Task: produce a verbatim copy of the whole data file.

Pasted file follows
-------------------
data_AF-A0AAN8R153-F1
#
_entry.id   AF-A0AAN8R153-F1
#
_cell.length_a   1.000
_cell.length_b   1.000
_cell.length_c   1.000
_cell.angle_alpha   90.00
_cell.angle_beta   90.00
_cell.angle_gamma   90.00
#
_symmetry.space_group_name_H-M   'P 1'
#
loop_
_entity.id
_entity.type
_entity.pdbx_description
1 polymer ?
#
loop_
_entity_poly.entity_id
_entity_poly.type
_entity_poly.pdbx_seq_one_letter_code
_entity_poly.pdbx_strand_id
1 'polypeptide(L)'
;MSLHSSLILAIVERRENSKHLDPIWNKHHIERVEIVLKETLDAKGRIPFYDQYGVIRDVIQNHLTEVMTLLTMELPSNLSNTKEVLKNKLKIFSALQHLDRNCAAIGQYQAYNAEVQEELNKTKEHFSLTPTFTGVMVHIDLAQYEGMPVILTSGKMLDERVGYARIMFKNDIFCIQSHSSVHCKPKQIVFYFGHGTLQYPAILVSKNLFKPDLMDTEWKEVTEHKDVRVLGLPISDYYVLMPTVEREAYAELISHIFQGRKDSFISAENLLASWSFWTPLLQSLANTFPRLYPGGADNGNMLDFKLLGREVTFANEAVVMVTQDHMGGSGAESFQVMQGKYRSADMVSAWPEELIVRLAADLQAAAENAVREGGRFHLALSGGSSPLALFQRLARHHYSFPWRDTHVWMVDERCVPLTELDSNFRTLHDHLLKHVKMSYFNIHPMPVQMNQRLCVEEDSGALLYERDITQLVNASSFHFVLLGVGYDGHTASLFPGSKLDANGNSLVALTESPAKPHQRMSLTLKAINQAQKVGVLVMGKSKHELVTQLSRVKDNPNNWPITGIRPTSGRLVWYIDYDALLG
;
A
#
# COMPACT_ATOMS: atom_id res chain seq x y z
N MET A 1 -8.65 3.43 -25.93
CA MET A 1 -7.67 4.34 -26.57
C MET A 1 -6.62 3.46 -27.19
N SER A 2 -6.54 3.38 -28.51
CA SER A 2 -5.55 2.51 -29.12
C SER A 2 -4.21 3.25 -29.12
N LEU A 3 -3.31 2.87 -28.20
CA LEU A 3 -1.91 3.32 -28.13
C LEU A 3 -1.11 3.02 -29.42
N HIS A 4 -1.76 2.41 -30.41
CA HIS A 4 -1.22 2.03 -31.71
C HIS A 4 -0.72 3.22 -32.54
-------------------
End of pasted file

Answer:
data_AF-A0AAN8R153-F1
#
_entry.id   AF-A0AAN8R153-F1
#
_cell.length_a   1.000
_cell.length_b   1.000
_cell.length_c   1.000
_cell.angle_alpha   90.00
_cell.angle_beta   90.00
_cell.angle_gamma   90.00
#
_symmetry.space_group_name_H-M   'P 1'
#
loop_
_entity.id
_entity.type
_entity.pdbx_description
1 polymer ?
#
loop_
_entity_poly.entity_id
_entity_poly.type
_entity_poly.pdbx_seq_one_letter_code
_entity_poly.pdbx_strand_id
1 'polypeptide(L)'
;MSLHSSLILAIVERRENSKHLDPIWNKHHIERVEIVLKETLDAKGRIPFYDQYGVIRDVIQNHLTEVMTLLTMELPSNLSNTKEVLKNKLKIFSALQHLDRNCAAIGQYQAYNAEVQEELNKTKEHFSLTPTFTGVMVHIDLAQYEGMPVILTSGKMLDERVGYARIMFKNDIFCIQSHSSVHCKPKQIVFYFGHGTLQYPAILVSKNLFKPDLMDTEWKEVTEHKDVRVLGLPISDYYVLMPTVEREAYAELISHIFQGRKDSFISAENLLASWSFWTPLLQSLANTFPRLYPGGADNGNMLDFKLLGREVTFANEAVVMVTQDHMGGSGAESFQVMQGKYRSADMVSAWPEELIVRLAADLQAAAENAVREGGRFHLALSGGSSPLALFQRLARHHYSFPWRDTHVWMVDERCVPLTELDSNFRTLHDHLLKHVKMSYFNIHPMPVQMNQRLCVEEDSGALLYERDITQLVNASSFHFVLLGVGYDGHTASLFPGSKLDANGNSLVALTESPAKPHQRMSLTLKAINQAQKVGVLVMGKSKHELVTQLSRVKDNPNNWPITGIRPTSGRLVWYIDYDALLG
;
A
#
# COMPACT_ATOMS: atom_id res chain seq x y z
N MET A 1 -8.65 3.43 -25.93
CA MET A 1 -7.67 4.34 -26.57
C MET A 1 -6.62 3.46 -27.19
N SER A 2 -6.54 3.38 -28.51
CA SER A 2 -5.55 2.51 -29.12
C SER A 2 -4.21 3.25 -29.12
N LEU A 3 -3.31 2.87 -28.20
CA LEU A 3 -1.91 3.32 -28.13
C LEU A 3 -1.11 3.02 -29.42
N HIS A 4 -1.76 2.41 -30.41
CA HIS A 4 -1.22 2.03 -31.71
C HIS A 4 -0.72 3.22 -32.54